Domestic violence victims find refuge for their pets
CHICAGO — The meetings take place in unremarkable parking lots.
A woman arrives, sometimes with children in tow, unloading pet food, toys or a dog bed. She hands over the leash and signs some paperwork.
The handoffs are part of Noah’s Rest, a program that shelters pets for people fleeing dangerous situations.
The program was created in 2012 by Deana Noonan, a professional dog trainer who said she was troubled after reading that abused people stay in relationships longer because of their pets. The Domestic Violence Awareness Project reports that as many as 65 percent of domestic violence victims delay leaving a dangerous situation because they worry about their pets.
“We’ve heard from some victims that they didn’t leave for the fear that their abuser has either threatened to harm the pet or has harmed the pet,” said Jill Verbrick, who works with victims at the Lake County State’s Attorney’s Office, which refers people to Noah’s Rest.
“It’s just another way of controlling and manipulating the victim,” she said.
So far, Ms. Noonan has helped six families with 12 pets in the Chicago area.
When Noah’s Rest started, the first person she helped was a woman who wanted to escape an abusive relationship but didn’t want to leave her two dogs.
“If there wasn’t a place for the dogs, she didn’t think she could leave,” Ms. Noonan recalled. “She didn’t know what she was going to do.”
Domestic violence shelters might not accept pets. Friends or family who could keep the pet might be far away or have children or allergies that limit their ability to help. People often can’t afford a kennel.
“We want to make [the pets] as comfortable as possible,” Ms. Noonan said.
After meeting the pet’s owner in a neutral location, such as a police department or parking lot, Ms. Noonan finds out all about the pet, words it responds to and its preferred food.
Sometimes she finds that the pets have been abused, too.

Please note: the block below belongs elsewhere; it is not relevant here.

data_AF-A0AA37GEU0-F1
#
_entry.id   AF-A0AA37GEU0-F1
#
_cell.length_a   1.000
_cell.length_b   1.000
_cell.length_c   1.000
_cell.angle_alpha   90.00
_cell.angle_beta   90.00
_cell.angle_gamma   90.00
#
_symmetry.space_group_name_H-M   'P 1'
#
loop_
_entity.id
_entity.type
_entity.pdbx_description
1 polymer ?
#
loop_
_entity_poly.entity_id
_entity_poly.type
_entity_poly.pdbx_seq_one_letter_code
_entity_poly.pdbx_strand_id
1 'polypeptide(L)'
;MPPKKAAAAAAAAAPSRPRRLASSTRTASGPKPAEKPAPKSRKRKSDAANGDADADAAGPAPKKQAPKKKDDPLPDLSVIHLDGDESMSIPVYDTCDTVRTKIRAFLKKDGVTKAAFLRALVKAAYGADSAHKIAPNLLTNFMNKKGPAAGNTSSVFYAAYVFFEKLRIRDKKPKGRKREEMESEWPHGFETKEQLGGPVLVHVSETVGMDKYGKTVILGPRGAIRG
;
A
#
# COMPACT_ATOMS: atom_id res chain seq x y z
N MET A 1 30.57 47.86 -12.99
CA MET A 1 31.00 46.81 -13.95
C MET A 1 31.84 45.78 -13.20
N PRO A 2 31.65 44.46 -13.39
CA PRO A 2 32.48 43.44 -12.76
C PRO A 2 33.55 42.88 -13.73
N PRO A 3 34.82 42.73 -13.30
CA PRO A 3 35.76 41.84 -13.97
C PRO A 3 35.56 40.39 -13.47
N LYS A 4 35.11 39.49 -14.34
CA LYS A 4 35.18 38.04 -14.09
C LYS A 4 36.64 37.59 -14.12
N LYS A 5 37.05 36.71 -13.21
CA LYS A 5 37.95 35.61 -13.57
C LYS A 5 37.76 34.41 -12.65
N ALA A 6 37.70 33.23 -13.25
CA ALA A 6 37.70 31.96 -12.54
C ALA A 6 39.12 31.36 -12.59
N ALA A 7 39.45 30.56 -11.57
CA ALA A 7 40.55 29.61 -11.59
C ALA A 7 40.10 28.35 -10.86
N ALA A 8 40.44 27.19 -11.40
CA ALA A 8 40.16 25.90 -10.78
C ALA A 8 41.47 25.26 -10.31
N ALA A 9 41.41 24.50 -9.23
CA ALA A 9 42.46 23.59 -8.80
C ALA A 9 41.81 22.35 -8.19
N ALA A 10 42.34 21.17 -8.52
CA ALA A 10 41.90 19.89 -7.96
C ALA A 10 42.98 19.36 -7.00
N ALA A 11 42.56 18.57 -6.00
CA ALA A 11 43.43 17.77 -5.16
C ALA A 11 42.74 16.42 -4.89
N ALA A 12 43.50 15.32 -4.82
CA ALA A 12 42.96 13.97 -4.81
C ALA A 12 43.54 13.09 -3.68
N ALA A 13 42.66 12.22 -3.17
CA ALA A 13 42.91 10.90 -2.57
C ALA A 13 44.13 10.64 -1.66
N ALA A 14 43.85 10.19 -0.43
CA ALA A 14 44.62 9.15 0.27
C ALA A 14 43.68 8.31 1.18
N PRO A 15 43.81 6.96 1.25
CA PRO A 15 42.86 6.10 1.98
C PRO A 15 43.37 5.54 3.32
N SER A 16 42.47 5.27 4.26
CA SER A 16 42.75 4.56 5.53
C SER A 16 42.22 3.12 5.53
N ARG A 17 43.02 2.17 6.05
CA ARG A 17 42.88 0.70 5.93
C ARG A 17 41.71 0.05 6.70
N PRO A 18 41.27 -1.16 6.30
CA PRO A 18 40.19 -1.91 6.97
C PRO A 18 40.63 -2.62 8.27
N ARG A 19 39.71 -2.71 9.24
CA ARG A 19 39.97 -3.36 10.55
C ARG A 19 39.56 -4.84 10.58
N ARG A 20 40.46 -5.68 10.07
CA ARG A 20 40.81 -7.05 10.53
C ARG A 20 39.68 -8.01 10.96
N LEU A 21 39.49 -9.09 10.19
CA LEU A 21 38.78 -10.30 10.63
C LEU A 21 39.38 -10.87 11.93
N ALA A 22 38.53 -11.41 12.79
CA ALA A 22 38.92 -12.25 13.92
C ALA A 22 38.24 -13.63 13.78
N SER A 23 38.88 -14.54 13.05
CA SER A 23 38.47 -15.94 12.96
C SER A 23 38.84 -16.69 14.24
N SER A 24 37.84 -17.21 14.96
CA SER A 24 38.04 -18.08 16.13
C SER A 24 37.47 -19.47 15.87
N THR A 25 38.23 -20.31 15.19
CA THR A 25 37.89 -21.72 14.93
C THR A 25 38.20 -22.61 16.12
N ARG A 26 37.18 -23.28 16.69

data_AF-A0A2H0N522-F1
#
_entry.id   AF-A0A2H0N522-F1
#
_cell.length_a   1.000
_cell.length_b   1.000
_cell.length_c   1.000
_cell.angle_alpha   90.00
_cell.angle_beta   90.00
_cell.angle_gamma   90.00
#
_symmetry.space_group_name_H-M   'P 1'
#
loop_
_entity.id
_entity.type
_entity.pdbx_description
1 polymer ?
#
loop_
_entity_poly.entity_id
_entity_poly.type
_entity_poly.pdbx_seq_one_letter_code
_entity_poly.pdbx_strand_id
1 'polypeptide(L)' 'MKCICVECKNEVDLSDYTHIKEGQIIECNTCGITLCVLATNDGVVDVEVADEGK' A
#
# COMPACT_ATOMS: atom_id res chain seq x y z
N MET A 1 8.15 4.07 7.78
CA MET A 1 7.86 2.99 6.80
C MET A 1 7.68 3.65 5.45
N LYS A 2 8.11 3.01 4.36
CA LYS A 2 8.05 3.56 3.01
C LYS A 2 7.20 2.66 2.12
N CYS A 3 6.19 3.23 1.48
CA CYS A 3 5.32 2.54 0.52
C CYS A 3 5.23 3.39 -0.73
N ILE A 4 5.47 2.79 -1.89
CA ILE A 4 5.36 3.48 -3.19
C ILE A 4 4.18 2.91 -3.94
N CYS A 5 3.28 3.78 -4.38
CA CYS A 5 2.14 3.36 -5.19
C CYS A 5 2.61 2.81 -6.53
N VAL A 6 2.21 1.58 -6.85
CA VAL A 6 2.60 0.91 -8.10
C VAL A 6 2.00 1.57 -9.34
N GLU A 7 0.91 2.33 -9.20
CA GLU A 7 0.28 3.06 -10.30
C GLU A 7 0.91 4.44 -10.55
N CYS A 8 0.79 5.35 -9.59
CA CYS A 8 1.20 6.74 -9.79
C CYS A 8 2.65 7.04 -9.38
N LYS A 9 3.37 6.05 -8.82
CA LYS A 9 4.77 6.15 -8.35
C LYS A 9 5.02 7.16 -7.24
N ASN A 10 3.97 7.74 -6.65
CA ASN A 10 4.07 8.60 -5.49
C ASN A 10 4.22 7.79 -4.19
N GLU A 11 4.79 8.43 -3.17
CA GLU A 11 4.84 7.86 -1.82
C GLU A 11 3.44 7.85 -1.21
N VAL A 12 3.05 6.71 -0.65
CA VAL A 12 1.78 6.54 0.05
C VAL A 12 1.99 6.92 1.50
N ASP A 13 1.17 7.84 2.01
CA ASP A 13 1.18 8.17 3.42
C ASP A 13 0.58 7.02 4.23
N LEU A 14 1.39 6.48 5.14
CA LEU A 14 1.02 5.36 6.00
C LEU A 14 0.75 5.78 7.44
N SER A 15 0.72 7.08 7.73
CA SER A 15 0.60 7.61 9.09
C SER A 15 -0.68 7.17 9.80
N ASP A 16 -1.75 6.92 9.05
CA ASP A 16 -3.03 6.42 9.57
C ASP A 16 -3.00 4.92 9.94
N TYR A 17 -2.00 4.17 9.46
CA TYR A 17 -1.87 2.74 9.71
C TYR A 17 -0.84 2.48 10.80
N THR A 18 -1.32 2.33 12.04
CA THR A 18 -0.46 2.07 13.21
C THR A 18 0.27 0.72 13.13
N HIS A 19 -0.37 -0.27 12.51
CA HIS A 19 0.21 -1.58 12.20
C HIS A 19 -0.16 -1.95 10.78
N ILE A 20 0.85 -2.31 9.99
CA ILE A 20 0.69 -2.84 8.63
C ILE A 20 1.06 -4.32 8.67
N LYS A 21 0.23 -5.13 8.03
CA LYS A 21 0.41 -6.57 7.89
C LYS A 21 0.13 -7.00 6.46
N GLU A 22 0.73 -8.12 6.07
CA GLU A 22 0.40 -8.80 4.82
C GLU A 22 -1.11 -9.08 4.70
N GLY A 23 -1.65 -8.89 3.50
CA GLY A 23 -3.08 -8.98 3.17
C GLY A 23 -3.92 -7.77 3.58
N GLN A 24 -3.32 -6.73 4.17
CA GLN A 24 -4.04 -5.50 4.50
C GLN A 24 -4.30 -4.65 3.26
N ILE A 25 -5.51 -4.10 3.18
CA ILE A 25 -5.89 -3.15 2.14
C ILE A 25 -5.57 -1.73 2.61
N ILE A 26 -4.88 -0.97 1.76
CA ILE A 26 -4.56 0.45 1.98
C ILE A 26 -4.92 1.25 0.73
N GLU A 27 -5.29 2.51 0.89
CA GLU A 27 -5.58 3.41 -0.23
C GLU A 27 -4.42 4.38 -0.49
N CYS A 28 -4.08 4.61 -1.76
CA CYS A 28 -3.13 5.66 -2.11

Ms. Noonan says she often keeps in contact with owners while they seek a safe location, housing and a new source of income.
“Many times they have children, and the children miss the pet,” she said.
So far, Noah’s Rest has only handled dogs and cats, but Ms. Noonan said she’s open to other animals.
Advocacy groups like Women and Children’s Horizons in Kenosha and A Safe Place in Zion, along with the Lake County State’s Attorney’s Office, refer clients to Noah’s Rest.
Everything is free. The pet owner signs paperwork assigning temporary custody to Noah’s Rest, and the pet then sees a veterinarian for a basic exam. The pet is taken to one of Noah’s partnering pet-care facilities. The owner doesn’t know where for his or her and the pet’s safety.
It is tough, Ms. Noonan said, for the owner to drive away.
“There is always that moment, and I think that we kind of get a catch in our throats, too, because we know that it’s hard for these people,” she said. “But at least they know that the goal is to be reunited.”
The owners have 60 days to come back for their pet, however, Noah’s Rest tries to be flexible in complex scenarios.
Ms. Noonan herself doesn’t know the specifics of their situations. She doesn’t need to in order to help.
“They all take a piece of our hearts, these pets,” she said.
Recently, Ms. Noonan reunited a domestic abuse victim with her cat.
“The cat would not stop meowing,” she said of the domestic shorthair. “It was like, ‘You’re back, you’re back.’”